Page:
Sheikh Nahyan Centre for Arabic Studies & Intercultural Dialogue (CASID) University of Balamand, Al Kurah, Lebanon
CASID is a recent addition to the existing and firmly rooted fabric of the University of Balamand. It creates a forum for cultural, intellectual, and religious exchange; and aims to embody the progressive ethos of the University, fortifying its role as a nexus for excellence in education, thought, and dialogue within the Arab world.
Located on a gently sloping site with an unobstructed view of a walnut grove, the campus in the foreground, and the Mediterranean Sea beyond, the design of CASID evolved from the concept of dialogue. Dialogue with its immediate site, architectural heritage, and wider cultural context of Al Kurah and Lebanon.
The building aims to engage faculty, students and visitors alike, be a non-authoritarian accessible platform for cultural and intellectual exchange, and offer a progressive image of Arabs to the world.
A modern interpretation of the traditional courtyard buildings of the Levant, CASID is not a fort like structure. On the contrary, it knits itself into the site, opens to all its surroundings, and engages with them. A forum for the entire campus, it opens up towards the West symbolizing its role as a vehicle for intercultural dialogue. Access to the building is provided from all sides and respective levels of streets and landscape around, further symbolizing its role as a nexus of exchange accessible to all. The eastern part of the building roots itself into the landscape, and is built perpendicular to it, reflecting how traditional Levant architecture deals with construction on a slope. The western part hovers heroically creating the main entrance aligned to the street while embodying the aspirations Arabs must have for the future. The southern part acts as a natural extension to the landscape itself.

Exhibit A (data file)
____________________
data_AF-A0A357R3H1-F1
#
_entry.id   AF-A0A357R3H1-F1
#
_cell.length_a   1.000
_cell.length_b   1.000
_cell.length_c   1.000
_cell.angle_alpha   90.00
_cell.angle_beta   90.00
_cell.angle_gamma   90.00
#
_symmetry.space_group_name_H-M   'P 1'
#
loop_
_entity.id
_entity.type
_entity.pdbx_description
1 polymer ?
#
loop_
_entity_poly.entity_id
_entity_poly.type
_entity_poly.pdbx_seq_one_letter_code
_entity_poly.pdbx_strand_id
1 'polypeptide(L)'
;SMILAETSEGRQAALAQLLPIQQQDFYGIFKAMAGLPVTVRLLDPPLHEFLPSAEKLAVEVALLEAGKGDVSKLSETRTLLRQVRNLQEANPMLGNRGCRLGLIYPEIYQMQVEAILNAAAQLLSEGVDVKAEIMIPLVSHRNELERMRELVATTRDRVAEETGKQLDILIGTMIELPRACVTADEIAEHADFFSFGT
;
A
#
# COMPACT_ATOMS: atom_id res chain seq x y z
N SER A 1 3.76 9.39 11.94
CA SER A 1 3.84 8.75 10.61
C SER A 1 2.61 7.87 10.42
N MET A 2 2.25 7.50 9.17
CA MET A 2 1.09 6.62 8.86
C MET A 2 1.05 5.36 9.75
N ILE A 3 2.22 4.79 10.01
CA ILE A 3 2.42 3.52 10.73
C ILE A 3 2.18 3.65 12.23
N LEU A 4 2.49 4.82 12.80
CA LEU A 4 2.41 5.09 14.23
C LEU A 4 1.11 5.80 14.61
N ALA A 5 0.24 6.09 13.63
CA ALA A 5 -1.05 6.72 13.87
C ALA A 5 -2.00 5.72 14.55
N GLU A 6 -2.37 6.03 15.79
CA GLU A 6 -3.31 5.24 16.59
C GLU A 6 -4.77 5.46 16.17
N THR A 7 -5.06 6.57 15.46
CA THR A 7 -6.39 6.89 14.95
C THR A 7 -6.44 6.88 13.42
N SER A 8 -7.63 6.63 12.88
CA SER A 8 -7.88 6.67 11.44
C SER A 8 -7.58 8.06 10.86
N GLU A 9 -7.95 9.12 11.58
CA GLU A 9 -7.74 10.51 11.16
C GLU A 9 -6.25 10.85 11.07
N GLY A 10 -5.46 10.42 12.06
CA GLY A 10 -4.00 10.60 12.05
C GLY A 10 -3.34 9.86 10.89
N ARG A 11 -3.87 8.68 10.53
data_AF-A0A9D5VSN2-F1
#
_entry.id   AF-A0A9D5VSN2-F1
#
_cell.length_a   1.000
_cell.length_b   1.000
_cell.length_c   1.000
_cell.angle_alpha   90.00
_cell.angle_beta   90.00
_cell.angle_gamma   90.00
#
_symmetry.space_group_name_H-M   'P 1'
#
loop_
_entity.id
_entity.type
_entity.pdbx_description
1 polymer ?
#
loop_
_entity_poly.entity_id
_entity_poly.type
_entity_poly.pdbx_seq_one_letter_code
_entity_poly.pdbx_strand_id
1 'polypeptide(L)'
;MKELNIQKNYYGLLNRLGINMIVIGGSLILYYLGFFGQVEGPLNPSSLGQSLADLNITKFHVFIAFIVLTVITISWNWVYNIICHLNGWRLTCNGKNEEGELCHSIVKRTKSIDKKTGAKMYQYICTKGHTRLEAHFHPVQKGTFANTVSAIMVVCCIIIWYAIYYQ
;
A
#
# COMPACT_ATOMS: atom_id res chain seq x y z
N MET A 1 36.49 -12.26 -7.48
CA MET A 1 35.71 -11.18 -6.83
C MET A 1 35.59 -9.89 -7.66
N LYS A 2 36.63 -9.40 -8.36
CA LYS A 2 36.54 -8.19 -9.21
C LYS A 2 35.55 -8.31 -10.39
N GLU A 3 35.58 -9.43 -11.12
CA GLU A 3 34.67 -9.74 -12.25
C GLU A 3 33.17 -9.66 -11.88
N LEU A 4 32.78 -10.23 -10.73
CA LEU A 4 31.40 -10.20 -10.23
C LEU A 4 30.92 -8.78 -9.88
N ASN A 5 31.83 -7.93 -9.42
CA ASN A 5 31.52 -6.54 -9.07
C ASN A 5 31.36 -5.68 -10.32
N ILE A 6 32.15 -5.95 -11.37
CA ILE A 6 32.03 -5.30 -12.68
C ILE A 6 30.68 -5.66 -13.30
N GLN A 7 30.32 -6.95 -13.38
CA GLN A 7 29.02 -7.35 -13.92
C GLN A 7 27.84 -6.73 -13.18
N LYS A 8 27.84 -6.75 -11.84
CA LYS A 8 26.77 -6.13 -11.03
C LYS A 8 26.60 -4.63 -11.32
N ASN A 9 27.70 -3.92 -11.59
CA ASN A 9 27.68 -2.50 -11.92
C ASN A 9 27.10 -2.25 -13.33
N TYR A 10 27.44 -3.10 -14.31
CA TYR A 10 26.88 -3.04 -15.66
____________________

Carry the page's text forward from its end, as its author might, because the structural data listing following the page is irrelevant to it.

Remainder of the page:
The roof is seen as the fifth elevation clearly visible from the hills around, and therefore developed into an accessible green roof preserving the planted heritage of the site and providing another public space with unparalleled views.
The materials pallet chosen for CASID is simple and precise. In addition to clear glass, used critically where the building touches the sloping site allowing continuity between in and out, rough shuttered reinforced concrete - ‘Beton Brut’, the indigenous building material of the day in this part of the world - is used for the structure and envelope. Non-structural walls and suspended ceilings are painted white. Floors, in and out, are honed Basalt. Façades exposed to the western sun have aluminium sun baffles articulated in both spacing and size as a modern and abstract interpretation of Arabesque – itself a play on the size and rotation of geometric forms.
By applying a stringent design process, void of stylistic preoccupations, Fouad Samara Architects (FSA) have aspired to create an indigenous piece of architecture that precisely responds to the use of the building, its site, and the cultural message it wants to send out. In defining this aspiration, CASID becomes an objective and honest translation of that.